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FIBRO OSSEOUS LESIONS

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					FIBRO-OSSEOUS
   LESIONS
         INTRODUCTION
The term ‘FOL’ is a generic designation of a group
of bone disorders characterized by the replacement
of bone by a benign connective tissue matrix that
displays varying degrees of mineralization in the
form of woven bone or cementum.
    Group include:
         developmental lesions
         reactive / dysplastic lesions
         neoplastic lesions
                    Dr.Haris PS/OMR             2
Importance of Specific Diagnosis
The histopathology of all FOL is identical,
 although they range widely in clinical behavior.

More specific diagnosis is important because the
 treatment of these pathoses varies from none to
 surgical recontouring to complete removal.



                    Dr.Haris PS/OMR             3
           CLASSIFICATION
FOL of medullary bone origin             FOL of PDL origin

 FD                                Fibroma
 Fibro osteoma
                                    CF
 Cherubism
                                    OF
 Juvenile OF
 Giant cell tumor                  COF

 ABC
 Jaw lesions in hyperparathyroidism
 Paget’s disease
                       Dr.Haris PS/OMR                       4
 WHO classification of Odontogenic tumors
               (2nd ed, 1992)

(a) Fibrous dysplasia
(b) Cemento – ossifying fibroma
            - Spectrum of COF: CF-COF-OF
            - Juvenile Ossifying Fibroma
                          WHO type
                          Psammous type
(c) Cemento-osseous dysplasia
            -PCOD
            -Focal COD
            -Florid COD
            -Familial gigantiform cementoma.
                       Dr.Haris PS/OMR         5
          Modified WHO classification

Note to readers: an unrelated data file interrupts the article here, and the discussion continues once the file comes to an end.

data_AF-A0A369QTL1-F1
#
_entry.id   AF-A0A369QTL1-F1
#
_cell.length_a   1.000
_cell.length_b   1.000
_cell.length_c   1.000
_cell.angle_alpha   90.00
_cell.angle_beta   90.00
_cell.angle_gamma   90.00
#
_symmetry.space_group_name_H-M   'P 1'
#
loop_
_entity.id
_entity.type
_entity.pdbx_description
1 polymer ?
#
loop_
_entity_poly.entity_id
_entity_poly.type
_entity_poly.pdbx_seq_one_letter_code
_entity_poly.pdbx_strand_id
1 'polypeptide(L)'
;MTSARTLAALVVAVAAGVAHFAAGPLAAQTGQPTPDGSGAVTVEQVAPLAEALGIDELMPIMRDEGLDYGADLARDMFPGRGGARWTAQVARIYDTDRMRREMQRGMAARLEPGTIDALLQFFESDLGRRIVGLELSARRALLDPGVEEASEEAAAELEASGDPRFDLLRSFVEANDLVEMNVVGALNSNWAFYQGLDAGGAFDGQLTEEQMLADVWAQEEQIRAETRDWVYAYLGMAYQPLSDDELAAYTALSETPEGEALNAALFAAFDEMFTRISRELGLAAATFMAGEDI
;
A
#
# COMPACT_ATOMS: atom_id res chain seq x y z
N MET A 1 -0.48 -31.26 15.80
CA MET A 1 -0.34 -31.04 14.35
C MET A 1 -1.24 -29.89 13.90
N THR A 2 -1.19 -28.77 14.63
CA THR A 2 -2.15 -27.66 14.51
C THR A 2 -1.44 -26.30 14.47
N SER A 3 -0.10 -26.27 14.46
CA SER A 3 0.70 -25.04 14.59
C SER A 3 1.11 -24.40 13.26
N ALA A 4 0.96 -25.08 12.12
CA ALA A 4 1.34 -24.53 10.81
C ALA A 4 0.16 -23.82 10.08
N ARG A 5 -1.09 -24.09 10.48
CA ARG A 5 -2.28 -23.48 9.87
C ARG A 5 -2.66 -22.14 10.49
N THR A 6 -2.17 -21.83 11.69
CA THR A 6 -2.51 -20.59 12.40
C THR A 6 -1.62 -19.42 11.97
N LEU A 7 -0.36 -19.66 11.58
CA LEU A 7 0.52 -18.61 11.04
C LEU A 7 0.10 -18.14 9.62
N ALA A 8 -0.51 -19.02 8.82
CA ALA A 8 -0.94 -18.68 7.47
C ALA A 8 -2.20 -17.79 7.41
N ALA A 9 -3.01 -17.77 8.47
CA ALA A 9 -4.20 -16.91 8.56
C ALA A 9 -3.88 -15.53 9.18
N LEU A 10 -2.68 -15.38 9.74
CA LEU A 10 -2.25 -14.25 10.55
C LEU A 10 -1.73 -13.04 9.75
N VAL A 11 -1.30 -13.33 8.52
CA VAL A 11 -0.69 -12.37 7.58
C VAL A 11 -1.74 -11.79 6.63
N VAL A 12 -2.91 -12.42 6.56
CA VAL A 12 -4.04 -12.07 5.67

(Speight and Carlos)

Fibrous dysplasia             Osseous dysplasias
 Monostotic          PCOD
 Polyostotic         Focal COD
                     Florid COD
 Craniofacial        Familial gigantiform cementoma

            Ossifying fibromas
       Conventional ossifying fibroma
       Juvenile trabecular (WHO type) OF
       Juvenile psammomatoid OF
                      Dr.Haris PS/OMR              6
              FIBROUS DYSPLASIA
   Developmental or hamartomatous condition
   Unknown etiology
   Characterized by proliferation of cellular fibrous
    connective tissue mixed with bony trabeculae
   Sporadic condition, resulting from post zygotic
    mutation in GNAS– 1 gene
   Clinical severity depends on the point of time
    during embryonic, fetal or post natal life at which
    mutation of GNAS – 1 occurs
                         Dr.Haris PS/OMR                  7
                Clinical Features

Monostotic fibrous dysplasia

   Limited to single bone
   80 – 85% of all cases
   Jaws among most common sites
   Diagnosed during second decade
   No sex predilection
   Painless swelling – most common feature.
   Slow growth, become static with skeletal growth
    completion
                       Dr.Haris PS/OMR                8